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chelle21689's avatar

Why were spouses sharing a bed censored on TV?

Asked by chelle21689 (7405points) December 10th, 2015 from iPhone

I don’t get why it was a huge deal back then, I find it extremely odd. TV had to show married couples in separate beds due to morals. I mean, if you’re married shouldn’t it be okay back then? Why was it such a taboo to just show a husband and wife sitting in bed talking?

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15 Answers

Pandora's avatar

Because that is where they drew the line for morality. True kids knew and adults knew that these people on tv were not married in real life but two people in the same bed was where they drew the line. Couples back then didn’t really kiss either. Most tv shows had them kissing each other on the cheek. Later a quick peck on the lips was ok for tv, but they took into account that tv was usually a family event. They had to keep things rated G at all times. Remember, when Elvis came out shaking his hips, that was probably rated R back then. Today it his movies would be rated G. Just a little over 100 years ago,women were not allowed to show their legs in public.

zenvelo's avatar

A lot of that stuff is from the Hays Code that was applied to movies. The network censors used that as a guideline for TV shows.

Remember Rob and Laura Petrie on The Dick Van Dyke show had twin beds?

filmfann's avatar

So did Lucy and Ricky, which begs the question: Where did Little Ricky come from?

Buttonstc's avatar

And I can’t believe that it even caused raised eyebrows when Betty Ford insisted upon one bed for herself and the Pres. together stating that she and Jerry had shared the same bed for the entirety of their married life and she had no intention of changing it just because they were now in the White House :)
She was quite an outspoken lady on many issues and a refreshing breath of fresh air.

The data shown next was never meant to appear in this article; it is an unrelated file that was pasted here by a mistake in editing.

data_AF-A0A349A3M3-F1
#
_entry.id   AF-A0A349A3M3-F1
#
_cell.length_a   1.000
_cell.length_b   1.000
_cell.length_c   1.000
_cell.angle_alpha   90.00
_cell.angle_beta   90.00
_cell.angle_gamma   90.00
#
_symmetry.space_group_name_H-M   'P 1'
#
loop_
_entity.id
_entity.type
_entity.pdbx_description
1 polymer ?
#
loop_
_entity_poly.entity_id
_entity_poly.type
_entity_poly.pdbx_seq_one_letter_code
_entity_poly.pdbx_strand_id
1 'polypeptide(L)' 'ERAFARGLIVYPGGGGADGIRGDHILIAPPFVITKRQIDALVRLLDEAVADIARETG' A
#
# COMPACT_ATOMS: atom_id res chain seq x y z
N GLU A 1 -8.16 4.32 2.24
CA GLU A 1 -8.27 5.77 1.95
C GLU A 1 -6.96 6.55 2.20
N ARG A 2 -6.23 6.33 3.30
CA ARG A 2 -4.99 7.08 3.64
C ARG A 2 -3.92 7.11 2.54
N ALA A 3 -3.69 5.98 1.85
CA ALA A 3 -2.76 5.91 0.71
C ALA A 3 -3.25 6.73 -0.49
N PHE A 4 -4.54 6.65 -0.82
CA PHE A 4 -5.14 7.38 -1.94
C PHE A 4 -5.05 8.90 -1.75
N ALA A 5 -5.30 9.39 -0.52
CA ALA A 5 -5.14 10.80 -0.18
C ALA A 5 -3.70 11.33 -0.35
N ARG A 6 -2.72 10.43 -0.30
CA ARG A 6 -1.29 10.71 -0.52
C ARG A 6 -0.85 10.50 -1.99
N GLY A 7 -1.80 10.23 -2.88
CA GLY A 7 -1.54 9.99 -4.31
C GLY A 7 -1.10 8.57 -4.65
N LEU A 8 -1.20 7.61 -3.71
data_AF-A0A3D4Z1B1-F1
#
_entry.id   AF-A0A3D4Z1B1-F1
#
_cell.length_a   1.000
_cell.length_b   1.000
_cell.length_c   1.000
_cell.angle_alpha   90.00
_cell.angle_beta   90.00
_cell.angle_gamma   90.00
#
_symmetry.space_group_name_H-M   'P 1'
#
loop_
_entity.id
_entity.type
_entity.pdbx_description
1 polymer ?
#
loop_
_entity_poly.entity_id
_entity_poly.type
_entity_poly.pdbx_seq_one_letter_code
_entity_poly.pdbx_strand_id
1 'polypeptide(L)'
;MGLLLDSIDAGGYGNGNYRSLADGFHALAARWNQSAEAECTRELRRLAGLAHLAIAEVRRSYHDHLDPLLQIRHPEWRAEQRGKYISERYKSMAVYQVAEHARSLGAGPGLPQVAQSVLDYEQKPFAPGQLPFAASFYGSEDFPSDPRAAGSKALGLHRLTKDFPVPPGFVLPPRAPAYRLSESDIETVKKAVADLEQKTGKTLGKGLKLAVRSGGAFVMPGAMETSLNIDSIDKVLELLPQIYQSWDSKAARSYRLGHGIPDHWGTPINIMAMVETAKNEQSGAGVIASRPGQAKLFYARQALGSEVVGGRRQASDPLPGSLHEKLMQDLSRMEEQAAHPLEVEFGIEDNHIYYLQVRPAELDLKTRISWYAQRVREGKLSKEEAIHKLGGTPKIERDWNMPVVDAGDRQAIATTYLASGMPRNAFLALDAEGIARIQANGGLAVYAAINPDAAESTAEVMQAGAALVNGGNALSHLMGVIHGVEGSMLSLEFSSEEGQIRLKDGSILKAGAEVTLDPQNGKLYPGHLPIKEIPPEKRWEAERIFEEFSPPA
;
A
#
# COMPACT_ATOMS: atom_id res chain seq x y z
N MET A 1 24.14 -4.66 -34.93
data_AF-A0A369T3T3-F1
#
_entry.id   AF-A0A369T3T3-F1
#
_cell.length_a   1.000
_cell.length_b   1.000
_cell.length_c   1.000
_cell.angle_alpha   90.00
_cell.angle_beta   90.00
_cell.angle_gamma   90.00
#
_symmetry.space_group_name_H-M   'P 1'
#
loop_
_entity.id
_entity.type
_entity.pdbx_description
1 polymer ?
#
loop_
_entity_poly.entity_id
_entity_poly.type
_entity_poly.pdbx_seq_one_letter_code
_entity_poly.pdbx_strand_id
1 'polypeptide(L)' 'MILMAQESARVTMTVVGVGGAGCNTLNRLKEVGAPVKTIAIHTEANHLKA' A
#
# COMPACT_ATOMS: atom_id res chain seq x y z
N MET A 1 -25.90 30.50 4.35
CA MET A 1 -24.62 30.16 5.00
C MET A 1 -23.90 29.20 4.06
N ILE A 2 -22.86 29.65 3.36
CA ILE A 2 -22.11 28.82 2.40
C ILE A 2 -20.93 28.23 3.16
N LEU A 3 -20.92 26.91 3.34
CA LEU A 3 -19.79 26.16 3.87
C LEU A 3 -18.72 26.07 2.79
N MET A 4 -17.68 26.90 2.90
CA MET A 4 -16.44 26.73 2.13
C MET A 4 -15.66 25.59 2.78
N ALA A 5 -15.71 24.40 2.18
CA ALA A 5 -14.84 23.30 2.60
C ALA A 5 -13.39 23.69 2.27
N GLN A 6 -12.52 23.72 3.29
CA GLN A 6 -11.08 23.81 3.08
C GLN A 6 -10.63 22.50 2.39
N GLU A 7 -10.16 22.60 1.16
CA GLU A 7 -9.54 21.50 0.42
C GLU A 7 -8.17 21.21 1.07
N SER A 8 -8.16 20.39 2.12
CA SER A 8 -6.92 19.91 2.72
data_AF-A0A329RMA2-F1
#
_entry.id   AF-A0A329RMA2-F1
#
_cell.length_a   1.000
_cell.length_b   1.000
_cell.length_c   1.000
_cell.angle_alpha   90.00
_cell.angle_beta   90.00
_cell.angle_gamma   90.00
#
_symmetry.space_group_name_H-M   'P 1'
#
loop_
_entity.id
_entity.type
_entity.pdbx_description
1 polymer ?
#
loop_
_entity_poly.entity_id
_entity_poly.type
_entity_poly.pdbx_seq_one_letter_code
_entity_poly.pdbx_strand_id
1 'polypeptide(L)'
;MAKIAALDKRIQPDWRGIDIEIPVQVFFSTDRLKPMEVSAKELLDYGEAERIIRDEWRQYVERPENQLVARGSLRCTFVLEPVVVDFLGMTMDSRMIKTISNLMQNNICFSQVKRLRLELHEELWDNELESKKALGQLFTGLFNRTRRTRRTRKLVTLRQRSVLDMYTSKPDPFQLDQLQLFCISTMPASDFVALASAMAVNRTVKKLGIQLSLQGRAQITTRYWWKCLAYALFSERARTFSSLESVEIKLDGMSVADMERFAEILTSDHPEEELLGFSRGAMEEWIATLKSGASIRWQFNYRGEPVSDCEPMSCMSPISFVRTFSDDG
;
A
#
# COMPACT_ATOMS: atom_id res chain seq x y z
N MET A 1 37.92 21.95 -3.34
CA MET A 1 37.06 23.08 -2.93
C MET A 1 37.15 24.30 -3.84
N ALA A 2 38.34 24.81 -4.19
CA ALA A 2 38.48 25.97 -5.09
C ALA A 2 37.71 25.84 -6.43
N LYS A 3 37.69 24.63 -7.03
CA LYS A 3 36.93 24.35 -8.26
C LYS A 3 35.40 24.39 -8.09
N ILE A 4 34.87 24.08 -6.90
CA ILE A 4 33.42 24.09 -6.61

She didn’t shy away from being equally frank and open about her battle with breast cancer and later on alcoholism/addiction and I’m sure many lives were saved because of it.

She was a unique and great lady.

JLeslie's avatar

My parents had two singles pushed together when I was a kid. My grandparents had two singles separated by a small night stand. When I’m in Europe sometimes the king is two singles together. It wasn’t that uncommon I’m guessing for married couples to use single beds.

As far as the morals, the actors usually were not really married, so maybe part of it was to allow the actors to maintain their own morals. Plus, it’s just what was acceptable then on TV and cinema. Just like certain curse words still aren’t ok for G ratings, being in bed together fell into that category.

msh's avatar

Not only were they not allowed to be in any but their own made up twin-sized mattress, but if they happened to be hugging, talking, on one ( gasp) bed -one foot was to be on the floor at all times. They always had someone there on set or on lot to enforce decency.

Little Ricky and Richie (Rob and Laura’s son) both had episodes where while Lucy and Laura were running the vacume cleaner in their separate homes. Suddenly there were bright lights and doves everywhere! And Ka-Boom insty-kids!
Watch the reruns! It happened!